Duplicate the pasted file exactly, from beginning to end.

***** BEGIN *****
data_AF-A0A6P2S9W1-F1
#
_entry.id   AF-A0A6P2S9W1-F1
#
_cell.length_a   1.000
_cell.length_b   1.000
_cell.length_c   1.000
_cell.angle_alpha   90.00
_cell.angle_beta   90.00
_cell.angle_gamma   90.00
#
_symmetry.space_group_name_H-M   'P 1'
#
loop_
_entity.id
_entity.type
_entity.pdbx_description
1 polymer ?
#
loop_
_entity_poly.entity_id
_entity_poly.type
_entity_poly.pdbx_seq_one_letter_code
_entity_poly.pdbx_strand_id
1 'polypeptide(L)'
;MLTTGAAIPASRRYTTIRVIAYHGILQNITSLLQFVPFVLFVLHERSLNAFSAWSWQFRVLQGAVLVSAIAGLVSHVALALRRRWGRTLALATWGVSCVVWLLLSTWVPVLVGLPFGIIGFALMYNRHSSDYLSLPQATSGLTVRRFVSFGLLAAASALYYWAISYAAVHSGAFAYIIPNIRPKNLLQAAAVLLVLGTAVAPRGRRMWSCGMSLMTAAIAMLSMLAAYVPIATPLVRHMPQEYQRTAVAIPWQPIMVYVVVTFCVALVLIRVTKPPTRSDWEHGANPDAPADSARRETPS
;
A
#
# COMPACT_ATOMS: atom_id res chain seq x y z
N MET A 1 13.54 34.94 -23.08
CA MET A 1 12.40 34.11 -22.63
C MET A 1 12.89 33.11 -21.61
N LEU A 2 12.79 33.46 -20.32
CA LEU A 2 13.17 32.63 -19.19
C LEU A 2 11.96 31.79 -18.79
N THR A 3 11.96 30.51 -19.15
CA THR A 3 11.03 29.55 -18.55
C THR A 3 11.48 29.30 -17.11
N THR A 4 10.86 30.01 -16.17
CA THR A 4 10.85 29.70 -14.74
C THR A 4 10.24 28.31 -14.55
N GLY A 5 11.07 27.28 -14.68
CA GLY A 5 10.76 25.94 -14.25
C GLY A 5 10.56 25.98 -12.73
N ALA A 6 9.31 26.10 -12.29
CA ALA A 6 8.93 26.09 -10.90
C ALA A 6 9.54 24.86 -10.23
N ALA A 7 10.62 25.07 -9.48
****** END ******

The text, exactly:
data_AF-A0A6P2S9W1-F1
#
_entry.id   AF-A0A6P2S9W1-F1
#
_cell.length_a   1.000
_cell.length_b   1.000
_cell.length_c   1.000
_cell.angle_alpha   90.00
_cell.angle_beta   90.00
_cell.angle_gamma   90.00
#
_symmetry.space_group_name_H-M   'P 1'
#
loop_
_entity.id
_entity.type
_entity.pdbx_description
1 polymer ?
#
loop_
_entity_poly.entity_id
_entity_poly.type
_entity_poly.pdbx_seq_one_letter_code
_entity_poly.pdbx_strand_id
1 'polypeptide(L)'
;MLTTGAAIPASRRYTTIRVIAYHGILQNITSLLQFVPFVLFVLHERSLNAFSAWSWQFRVLQGAVLVSAIAGLVSHVALALRRRWGRTLALATWGVSCVVWLLLSTWVPVLVGLPFGIIGFALMYNRHSSDYLSLPQATSGLTVRRFVSFGLLAAASALYYWAISYAAVHSGAFAYIIPNIRPKNLLQAAAVLLVLGTAVAPRGRRMWSCGMSLMTAAIAMLSMLAAYVPIATPLVRHMPQEYQRTAVAIPWQPIMVYVVVTFCVALVLIRVTKPPTRSDWEHGANPDAPADSARRETPS
;
A
#
# COMPACT_ATOMS: atom_id res chain seq x y z
N MET A 1 13.54 34.94 -23.08
CA MET A 1 12.40 34.11 -22.63
C MET A 1 12.89 33.11 -21.61
N LEU A 2 12.79 33.46 -20.32
CA LEU A 2 13.17 32.63 -19.19
C LEU A 2 11.96 31.79 -18.79
N THR A 3 11.96 30.51 -19.15
CA THR A 3 11.03 29.55 -18.55
C THR A 3 11.48 29.30 -17.11
N THR A 4 10.86 30.01 -16.17
CA THR A 4 10.85 29.70 -14.74
C THR A 4 10.24 28.31 -14.55
N GLY A 5 11.07 27.28 -14.68
CA GLY A 5 10.76 25.94 -14.25
C GLY A 5 10.56 25.98 -12.73
N ALA A 6 9.31 26.10 -12.29
CA ALA A 6 8.93 26.09 -10.90
C ALA A 6 9.54 24.86 -10.23
N ALA A 7 10.62 25.07 -9.48